Form of argument that, in its most commonly discussed instances, has two categorical propositions as premises and one categorical proposition as conclusion. An example of a syllogism is the following argument: Every human is mortal (every M is P); every philosopher is human (every S is M); therefore, every philosopher is mortal (every S is P). Such arguments have exactly three terms (human, philosopher, mortal). Here, the argument is composed of three categorical (as opposed to hypothetical) propositions, it is therefore a categorical syllogism. In a categorical syllogism, the term that occurs in both premises but not in the conclusion (human) is the middle term; the predicate term in the conclusion is called the major term, the subject the minor term. The pattern in which the terms S, M, and P (minor, middle, major) are arranged is called the figure of the syllogism. In this example, the syllogism is in the first figure, since the major term appears as predicate in the first premise and the minor term as subject of the second.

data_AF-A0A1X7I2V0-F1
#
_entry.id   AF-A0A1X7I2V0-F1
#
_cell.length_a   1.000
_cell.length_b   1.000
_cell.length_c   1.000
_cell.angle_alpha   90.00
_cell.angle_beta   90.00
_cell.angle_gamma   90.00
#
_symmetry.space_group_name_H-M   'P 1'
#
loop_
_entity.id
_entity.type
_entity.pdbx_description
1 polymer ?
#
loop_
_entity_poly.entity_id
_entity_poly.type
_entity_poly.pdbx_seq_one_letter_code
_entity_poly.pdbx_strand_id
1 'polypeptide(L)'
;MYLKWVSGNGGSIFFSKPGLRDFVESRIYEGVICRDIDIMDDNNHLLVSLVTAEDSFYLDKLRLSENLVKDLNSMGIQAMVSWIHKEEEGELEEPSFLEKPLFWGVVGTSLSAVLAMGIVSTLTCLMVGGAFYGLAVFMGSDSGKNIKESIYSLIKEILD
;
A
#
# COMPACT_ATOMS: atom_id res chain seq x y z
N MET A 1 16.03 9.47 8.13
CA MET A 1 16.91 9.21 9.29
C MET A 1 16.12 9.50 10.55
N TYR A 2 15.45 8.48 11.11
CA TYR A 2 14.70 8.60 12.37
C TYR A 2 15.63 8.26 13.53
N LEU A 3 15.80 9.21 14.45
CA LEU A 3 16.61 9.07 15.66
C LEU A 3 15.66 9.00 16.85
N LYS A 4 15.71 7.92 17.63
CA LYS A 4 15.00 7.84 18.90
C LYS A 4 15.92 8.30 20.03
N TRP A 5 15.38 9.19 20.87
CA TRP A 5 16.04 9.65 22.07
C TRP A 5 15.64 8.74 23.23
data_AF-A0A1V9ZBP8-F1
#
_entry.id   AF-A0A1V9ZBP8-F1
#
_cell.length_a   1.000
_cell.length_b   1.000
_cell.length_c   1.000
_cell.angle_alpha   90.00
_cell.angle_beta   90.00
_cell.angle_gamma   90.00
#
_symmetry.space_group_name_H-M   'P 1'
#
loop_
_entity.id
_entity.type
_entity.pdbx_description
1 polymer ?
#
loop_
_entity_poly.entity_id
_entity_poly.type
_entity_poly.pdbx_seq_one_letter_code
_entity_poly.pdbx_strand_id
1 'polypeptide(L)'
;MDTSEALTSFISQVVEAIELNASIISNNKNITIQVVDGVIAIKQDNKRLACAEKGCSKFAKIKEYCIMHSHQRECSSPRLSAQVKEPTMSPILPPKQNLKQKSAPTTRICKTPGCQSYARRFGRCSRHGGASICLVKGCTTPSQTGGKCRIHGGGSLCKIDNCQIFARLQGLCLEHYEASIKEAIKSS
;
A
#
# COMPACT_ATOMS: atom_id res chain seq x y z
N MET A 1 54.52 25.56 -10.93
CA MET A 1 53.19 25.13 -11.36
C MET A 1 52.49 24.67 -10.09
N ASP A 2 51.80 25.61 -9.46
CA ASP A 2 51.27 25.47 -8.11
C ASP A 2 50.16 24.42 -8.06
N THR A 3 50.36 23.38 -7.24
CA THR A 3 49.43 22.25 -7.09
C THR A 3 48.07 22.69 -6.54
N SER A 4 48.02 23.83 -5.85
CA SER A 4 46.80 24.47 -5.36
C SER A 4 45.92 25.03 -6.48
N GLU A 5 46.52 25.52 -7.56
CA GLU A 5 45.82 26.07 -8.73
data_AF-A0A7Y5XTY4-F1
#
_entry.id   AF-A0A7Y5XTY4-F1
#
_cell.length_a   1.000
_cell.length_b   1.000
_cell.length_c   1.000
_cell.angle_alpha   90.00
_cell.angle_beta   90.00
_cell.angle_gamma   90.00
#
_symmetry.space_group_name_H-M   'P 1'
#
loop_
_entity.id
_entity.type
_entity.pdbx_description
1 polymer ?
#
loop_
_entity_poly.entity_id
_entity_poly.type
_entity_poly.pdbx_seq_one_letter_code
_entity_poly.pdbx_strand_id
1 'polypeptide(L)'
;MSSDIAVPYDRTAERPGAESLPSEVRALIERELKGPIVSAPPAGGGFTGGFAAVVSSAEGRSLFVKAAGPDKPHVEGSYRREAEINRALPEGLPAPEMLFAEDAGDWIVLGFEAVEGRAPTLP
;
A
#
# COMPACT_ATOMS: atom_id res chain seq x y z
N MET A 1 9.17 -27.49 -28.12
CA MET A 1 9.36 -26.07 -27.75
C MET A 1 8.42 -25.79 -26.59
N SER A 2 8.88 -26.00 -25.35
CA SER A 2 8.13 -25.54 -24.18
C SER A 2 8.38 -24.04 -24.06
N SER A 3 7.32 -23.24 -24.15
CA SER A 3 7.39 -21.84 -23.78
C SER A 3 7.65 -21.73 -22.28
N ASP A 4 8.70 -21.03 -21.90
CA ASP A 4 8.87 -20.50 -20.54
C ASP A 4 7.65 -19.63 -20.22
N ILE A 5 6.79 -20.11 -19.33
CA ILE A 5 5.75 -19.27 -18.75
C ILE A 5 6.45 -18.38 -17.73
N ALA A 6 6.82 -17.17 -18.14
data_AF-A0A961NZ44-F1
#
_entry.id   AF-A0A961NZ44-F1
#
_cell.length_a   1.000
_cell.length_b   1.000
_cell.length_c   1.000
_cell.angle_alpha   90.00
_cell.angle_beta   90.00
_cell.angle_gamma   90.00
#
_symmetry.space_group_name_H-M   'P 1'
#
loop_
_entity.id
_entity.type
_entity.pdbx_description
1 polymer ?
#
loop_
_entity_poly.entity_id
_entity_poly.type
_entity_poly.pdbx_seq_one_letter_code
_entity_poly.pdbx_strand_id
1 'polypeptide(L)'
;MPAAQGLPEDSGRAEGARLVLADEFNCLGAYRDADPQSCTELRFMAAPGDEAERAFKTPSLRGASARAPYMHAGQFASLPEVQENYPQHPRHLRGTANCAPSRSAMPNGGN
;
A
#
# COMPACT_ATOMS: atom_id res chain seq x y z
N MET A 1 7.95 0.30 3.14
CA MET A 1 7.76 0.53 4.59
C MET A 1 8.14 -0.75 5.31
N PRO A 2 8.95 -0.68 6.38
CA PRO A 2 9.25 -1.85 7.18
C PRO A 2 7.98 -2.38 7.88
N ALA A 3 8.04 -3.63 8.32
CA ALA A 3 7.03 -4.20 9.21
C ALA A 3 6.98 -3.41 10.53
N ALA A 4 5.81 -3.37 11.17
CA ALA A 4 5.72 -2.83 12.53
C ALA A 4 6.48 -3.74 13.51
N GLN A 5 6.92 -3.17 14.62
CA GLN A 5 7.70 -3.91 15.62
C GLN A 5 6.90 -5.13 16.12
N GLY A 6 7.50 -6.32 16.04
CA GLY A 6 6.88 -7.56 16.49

This entry comes from Encyclopædia Britannica Concise.
For the full entry on syllogism, visit Britannica.com.
Seen & Heard
What made you look up syllogism? Please tell us what you were reading, watching or discussing that led you here.